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The "Wing Car"!


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#26 RomanK

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Posted 26 July 2007 - 02:41 PM

Oh... my GAWD! :o :blink:

Bet you guys are going to throw him out of the club now, ain't ya? :o

Roman Kormeluk





#27 RomanK

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Posted 26 July 2007 - 02:45 PM

Good answer and good point. I hadn't considered the kind of track you guys have.
True again.

We're often faced with a similar dilemma in the auto parts business: do we sell the customer the expensive, non-returnable part he wants to buy, thinking it will fix his car, or do we counsel him to buy the cheaper part we know will fix the car?

My perspective is that, in general, businesses are better served over the long term by placing their customers' interests ahead of their own as much as possible. But that's not to say you give away the store nor refuse to take someone's money if they don't want advice.

It's a fine line that presents challenges..."Do I sell them what they want for more money or what they need for less money?" She (owner of the raceway) must be doing it right, or at least close to right, as she's been there for 16 years and is still going strong.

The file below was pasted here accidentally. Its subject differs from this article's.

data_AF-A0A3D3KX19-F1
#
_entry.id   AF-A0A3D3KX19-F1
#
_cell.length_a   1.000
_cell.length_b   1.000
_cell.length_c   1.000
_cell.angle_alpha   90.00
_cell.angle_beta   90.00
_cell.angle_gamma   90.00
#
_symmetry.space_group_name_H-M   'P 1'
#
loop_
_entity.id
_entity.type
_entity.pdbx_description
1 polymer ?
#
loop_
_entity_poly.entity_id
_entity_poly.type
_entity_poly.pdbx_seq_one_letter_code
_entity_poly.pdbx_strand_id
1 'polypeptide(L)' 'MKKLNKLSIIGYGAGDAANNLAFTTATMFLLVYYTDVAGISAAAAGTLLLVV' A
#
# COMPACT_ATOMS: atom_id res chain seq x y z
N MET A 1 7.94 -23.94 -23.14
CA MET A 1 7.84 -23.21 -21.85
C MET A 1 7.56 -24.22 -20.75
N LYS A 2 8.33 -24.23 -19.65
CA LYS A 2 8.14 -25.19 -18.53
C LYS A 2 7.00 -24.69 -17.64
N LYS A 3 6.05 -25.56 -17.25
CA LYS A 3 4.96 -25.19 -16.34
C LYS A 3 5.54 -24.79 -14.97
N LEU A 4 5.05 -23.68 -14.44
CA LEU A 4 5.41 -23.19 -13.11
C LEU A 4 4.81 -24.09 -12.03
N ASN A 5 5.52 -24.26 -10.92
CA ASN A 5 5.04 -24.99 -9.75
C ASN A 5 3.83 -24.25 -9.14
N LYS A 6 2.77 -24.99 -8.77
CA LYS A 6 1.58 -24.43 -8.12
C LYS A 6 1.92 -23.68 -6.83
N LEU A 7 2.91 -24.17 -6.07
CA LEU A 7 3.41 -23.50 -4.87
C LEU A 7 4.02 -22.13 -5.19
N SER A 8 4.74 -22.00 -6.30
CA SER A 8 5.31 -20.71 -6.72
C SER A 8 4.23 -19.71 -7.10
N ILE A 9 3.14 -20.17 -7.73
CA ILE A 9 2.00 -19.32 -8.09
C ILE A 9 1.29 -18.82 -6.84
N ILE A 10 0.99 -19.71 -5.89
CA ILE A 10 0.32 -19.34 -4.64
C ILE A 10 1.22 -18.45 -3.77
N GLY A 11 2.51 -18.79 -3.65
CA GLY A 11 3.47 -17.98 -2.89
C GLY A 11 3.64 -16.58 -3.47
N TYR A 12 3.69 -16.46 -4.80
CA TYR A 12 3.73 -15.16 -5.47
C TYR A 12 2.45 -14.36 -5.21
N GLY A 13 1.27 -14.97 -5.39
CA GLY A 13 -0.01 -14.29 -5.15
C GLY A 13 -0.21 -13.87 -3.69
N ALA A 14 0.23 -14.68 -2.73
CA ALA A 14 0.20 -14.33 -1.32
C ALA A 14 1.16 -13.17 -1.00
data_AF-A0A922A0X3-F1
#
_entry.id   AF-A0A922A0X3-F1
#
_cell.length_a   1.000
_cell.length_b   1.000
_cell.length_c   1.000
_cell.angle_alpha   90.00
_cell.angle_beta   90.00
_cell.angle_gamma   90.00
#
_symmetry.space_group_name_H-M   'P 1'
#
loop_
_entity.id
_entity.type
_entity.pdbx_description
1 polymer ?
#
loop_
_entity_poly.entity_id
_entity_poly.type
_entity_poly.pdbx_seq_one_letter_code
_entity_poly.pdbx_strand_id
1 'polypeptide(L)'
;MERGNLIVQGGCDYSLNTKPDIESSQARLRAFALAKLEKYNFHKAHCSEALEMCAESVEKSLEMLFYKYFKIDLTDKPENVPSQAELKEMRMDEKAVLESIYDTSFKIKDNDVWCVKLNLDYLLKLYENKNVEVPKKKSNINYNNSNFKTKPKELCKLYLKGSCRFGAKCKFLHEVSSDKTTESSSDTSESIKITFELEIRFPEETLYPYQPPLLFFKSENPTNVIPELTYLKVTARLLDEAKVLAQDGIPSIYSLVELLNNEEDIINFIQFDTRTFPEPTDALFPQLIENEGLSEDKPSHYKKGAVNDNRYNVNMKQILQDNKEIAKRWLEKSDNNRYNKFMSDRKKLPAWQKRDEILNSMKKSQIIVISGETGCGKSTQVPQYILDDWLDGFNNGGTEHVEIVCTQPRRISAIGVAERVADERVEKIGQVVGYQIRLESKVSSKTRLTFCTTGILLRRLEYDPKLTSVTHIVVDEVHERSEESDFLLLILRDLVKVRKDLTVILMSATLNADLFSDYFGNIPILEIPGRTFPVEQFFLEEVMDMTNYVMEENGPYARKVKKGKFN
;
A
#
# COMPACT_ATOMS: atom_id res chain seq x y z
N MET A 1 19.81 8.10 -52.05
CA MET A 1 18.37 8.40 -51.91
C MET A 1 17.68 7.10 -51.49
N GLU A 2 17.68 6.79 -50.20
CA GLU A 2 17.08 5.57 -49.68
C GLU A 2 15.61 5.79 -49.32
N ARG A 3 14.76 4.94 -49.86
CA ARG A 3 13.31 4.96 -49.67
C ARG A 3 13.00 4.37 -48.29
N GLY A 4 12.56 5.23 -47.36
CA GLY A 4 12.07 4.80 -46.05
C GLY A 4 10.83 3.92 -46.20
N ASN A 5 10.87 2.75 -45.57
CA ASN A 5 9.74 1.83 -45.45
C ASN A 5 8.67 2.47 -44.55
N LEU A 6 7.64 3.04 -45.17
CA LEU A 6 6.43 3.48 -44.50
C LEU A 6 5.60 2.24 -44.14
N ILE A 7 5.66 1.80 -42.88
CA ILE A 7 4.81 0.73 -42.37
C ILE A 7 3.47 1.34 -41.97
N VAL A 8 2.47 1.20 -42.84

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#28 jimht

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Posted 26 July 2007 - 02:56 PM

Between my 2 Nats, 1974 & 1975, I played with .005 side dam material.
I don't think I was the only one, but the 1975 race was the watershed moment.
Worked real well, everyone that came in 1975 agreed.
It became immediately obvious that weight in the front wasn't as necessary.
Also the glue would hold the rear better if there were less weight in the rear...leading to ultralight chassis, miniscule motors & way less glue.
Csaba followed my lead with really lightweight pillow-block chassis & Peanut motors with Polymer Cobalts appeared from Joel et al.
All this had nothing to do with the term Wing Car, which I don't recall hearing until we had serious Group racing with slower motors...Int 15, primarily, bringing high end technology to the slot car masses.
Wing car became a generic term referring to anything with a Wing body.
The term wasn't needed previously as the bodies weren't raced on anything but Opens originally & they were referred to as Opens or Gp7.

As for the other discussion, sell them whatever they can afford, just don't expect them to become Hobbyists just because they're sold a Hobby car...to them it's just another toy...& one that is real appealing to the short attention span crowd with money.
:lol:

Jim Honeycutt

"I don't think I'm ever more 'aware' than I am right after I hit my thumb with a hammer." - Jack Handey [Deep Thoughts]


#29 Cheater

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Posted 26 July 2007 - 03:31 PM

Bet you guys are going to throw him out of the club now, ain't ya? :o

Not yet. We have to wait until at least 60 days after the date I used his credit card to pay for our new site. After that, he's fair game, as then he won't be able to charge back the fees . . . :lol: :lol: :lol: